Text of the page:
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If you’re enrolled in Medicare or Medicaid and skilled nursing care is required as part of your road to recovery, you’ll need to know what to expect from these benefits. In this article, we’ll cover important details on Medicaid and Medicare skilled nursing coverage. Understanding skilled nursing eligibility, cost, and services provided is the first step in securing the best care (and avoiding an exorbitant bill at the end of your stay).
What Is Skilled Nursing?
Before we take a deep dive into Medicare and Medicaid skilled nursing coverage, it’s important to understand what skilled nursing is. Skilled nursing and skilled nursing facilities (SNFs) provide short-term care from skilled staff with specific expertise to treat patients. The goal of a skilled nursing facility is to help you recover to your best possible level of wellbeing.
Why would you need skilled nursing? If you have been hospitalized and are ready to be discharged, your doctor will assess whether you can return home or need additional care or therapy in a skilled nursing facility. You will need to meet Medicare’s skilled nursing care eligibility requirements (we’ll cover this later in the article).
While skilled nursing sounds similar to nursing care (and the terms are sometimes used interchangeably), the two are quite different when it comes to Medicare coverage. This is essential to know, as Medicare coverage for skilled nursing facility services varies from coverage for a nursing home stay (even if the facility provides both).
Skilled nursing falls under Original Medicare Part A. Medicare Part A covers up to 100 days of skilled nursing facility care per benefit period. A benefit period begins the day you’re admitted as an inpatient in a hospital or skilled nursing facility and ends when you haven’t received any inpatient hospital care (or skilled care in an SNF) for 60 days in a row.
There are no limitations on the number of benefit periods. Before you receive Medicare-covered skilled nursing care, you have to have a new three-day qualifying hospital stay each benefit period.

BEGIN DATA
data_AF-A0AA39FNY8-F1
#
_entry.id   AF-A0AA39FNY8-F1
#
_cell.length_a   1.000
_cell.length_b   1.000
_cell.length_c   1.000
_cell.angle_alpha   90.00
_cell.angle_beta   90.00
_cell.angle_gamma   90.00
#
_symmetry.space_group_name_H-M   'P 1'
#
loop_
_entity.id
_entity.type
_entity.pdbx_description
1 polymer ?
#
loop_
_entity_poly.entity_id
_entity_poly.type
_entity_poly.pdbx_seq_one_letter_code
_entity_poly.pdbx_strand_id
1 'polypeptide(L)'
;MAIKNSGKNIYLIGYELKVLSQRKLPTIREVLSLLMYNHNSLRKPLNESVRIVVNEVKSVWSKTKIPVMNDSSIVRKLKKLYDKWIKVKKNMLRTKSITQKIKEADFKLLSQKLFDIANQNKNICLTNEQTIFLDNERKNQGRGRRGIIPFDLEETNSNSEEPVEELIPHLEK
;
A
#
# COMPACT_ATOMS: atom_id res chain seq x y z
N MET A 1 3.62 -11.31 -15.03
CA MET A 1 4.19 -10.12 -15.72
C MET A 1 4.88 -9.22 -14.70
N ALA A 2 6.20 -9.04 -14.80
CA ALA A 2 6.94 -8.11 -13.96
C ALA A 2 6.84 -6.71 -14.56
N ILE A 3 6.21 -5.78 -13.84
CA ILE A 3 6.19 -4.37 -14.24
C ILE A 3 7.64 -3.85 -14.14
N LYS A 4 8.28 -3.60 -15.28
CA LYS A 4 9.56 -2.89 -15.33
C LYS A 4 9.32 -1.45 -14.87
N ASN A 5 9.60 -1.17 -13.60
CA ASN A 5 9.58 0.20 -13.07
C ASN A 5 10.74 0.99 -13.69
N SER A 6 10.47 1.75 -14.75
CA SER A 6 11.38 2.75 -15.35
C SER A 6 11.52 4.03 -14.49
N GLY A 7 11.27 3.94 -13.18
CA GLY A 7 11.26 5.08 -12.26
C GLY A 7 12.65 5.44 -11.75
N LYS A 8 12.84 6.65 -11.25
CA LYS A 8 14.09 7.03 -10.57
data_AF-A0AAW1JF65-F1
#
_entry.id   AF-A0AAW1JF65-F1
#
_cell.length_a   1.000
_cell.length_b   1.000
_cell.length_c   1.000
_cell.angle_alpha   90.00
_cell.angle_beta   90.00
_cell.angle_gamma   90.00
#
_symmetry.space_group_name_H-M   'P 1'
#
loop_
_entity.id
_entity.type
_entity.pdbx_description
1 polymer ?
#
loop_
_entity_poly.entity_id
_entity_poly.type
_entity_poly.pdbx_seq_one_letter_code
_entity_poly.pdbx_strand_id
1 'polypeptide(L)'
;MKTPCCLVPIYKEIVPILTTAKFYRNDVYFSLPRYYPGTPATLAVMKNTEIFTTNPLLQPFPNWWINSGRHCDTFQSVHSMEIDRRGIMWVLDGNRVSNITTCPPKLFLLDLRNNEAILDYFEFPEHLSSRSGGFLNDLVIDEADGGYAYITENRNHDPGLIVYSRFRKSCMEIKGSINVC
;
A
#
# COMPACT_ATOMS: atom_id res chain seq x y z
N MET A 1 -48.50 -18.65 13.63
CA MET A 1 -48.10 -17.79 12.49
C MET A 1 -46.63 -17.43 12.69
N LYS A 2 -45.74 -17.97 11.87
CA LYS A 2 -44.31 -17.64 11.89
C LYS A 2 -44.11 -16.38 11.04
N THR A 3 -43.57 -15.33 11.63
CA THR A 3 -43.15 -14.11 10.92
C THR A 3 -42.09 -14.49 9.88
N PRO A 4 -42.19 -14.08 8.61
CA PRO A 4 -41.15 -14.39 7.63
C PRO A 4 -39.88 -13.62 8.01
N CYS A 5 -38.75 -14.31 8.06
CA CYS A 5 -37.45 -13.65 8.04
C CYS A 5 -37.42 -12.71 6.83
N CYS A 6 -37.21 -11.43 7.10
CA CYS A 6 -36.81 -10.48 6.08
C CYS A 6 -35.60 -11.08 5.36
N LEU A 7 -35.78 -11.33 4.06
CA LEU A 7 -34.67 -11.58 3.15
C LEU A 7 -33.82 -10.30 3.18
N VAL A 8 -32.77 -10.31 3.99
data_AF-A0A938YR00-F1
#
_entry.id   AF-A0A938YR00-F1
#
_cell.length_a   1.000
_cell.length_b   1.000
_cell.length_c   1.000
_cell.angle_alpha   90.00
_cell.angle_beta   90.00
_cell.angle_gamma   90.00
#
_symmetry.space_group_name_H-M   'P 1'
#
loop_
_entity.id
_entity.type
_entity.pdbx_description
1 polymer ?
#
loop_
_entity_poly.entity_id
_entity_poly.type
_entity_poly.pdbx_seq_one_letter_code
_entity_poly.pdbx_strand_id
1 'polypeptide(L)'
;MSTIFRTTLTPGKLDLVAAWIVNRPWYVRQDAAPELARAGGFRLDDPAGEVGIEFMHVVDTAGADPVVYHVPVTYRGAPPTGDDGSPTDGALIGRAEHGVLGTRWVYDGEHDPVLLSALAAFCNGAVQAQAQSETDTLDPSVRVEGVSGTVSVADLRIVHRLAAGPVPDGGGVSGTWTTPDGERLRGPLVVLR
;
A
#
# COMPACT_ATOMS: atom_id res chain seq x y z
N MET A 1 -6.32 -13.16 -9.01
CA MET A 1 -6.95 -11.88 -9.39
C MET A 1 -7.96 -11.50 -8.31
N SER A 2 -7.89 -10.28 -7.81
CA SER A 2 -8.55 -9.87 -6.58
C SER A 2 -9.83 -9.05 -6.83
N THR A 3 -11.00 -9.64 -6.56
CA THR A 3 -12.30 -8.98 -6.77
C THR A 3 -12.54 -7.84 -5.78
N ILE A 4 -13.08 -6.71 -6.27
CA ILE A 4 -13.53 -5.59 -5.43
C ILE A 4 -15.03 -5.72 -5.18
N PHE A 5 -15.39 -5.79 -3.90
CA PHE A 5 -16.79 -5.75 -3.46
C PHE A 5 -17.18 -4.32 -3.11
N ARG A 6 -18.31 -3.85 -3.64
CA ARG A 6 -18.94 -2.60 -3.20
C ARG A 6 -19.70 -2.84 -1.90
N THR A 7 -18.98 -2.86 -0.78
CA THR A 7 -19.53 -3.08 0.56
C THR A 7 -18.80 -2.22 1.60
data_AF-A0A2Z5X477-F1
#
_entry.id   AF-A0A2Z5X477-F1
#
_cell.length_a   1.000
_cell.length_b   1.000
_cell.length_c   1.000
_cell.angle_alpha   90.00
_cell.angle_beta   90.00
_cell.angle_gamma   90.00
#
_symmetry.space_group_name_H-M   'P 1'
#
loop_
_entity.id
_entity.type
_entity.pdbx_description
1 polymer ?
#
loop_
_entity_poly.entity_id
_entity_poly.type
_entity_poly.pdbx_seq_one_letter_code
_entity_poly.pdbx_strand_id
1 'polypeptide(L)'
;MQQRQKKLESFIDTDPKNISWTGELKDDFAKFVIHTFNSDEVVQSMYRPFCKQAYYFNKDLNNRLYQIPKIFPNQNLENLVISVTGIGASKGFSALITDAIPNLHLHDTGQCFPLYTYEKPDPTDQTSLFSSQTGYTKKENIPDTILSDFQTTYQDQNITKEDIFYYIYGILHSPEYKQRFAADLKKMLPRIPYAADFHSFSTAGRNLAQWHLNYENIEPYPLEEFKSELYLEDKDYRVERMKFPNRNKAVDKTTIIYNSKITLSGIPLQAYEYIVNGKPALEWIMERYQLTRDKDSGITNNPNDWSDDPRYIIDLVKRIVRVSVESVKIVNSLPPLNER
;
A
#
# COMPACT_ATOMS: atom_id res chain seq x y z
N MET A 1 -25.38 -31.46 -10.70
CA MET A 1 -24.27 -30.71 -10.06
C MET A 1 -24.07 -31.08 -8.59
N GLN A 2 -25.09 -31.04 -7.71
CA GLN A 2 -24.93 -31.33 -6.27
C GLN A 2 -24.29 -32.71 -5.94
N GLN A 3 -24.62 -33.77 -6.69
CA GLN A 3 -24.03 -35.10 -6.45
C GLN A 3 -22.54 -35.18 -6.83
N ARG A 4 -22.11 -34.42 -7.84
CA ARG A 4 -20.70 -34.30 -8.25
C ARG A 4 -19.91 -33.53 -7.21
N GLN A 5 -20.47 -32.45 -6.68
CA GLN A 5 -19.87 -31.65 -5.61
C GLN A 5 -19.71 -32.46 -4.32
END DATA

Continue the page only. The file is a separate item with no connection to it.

Medicare-covered skilled nursing services include the following:
Skilled nursing care
Ambulance transportation (when other transportation isn’t safe for your health)
How Much Does Skilled Nursing Cost Through Medicare?
Your out-of-pocket costs will depend on the number of days skilled nursing care is required.2
Days 1-20: $0 for each benefit period
Days 21-100: $185.50 coinsurance per day of each benefit period
Days 101 and beyond: All costs
Additional Cost Factors
Keep in close contact with your skilled nursing care team to confirm what is covered, what is not, and any coinsurance payments.
It’s essential to follow through with the care your physician has established. If you refuse your daily skilled care or therapy, you could potentially lose your Medicare-eligible skilled nursing coverage.
Another factor that may affect your out-of-pocket Medicare costs is additional services your health care provider orders. There may be instances when Medicare does not cover specific care, or the care may not be covered as often as your doctor wants. If this happens, you may have to pay for some or all of the recommended care or services.
Does Medicaid Cover Skilled Nursing?
Medicaid provides health coverage to over 74 million Americans, including eligible low-income adults, seniors, and people with disabilities.3 Although Medicaid is a federal government program, individual states are responsible for decisions on coverage and benefits for Medicaid recipients.
Skilled nursing falls under Medicaid’s Nursing Facility Services. Eligible Medicaid recipients have to meet criteria for SNF care in their own state, yet the individual states must also abide by federal law and regulations when setting their skilled nursing care requirements and guidelines.
According to federal requirements, Medicaid-covered skilled nursing service must provide the following:4
Nursing and related services
Specialized rehabilitative services
Medically related social services
Dietary services individualized to the needs of each resident
Room and bed maintenance services
Routine personal hygiene items and services
Professionally directed program of activities to meet the interests and needs for the wellbeing of each resident
Emergency dental services (and routine dental services to the extent covered under the state plan)
Where Can I Find Medicare and Medicaid Skilled Nursing Care Near Me?
If you or your loved one are in the hospital and need the services of an SNF, the hospital care team is your first point of contact. They’ll discuss skilled nursing care options and verify the necessary treatment is administered in a nearby Medicare-certified or Medicaid-certified skilled nursing facility.
Maureen joined SeniorLiving.org with more than 10 years of experience writing in health, lifestyle, and nutrition for premium brands like General Mills, Westinghouse, and Bristol Myers Squibb. Her passion for empowering older adults is evident in coverage of topics like retirement, health… Learn More About Maureen Stanley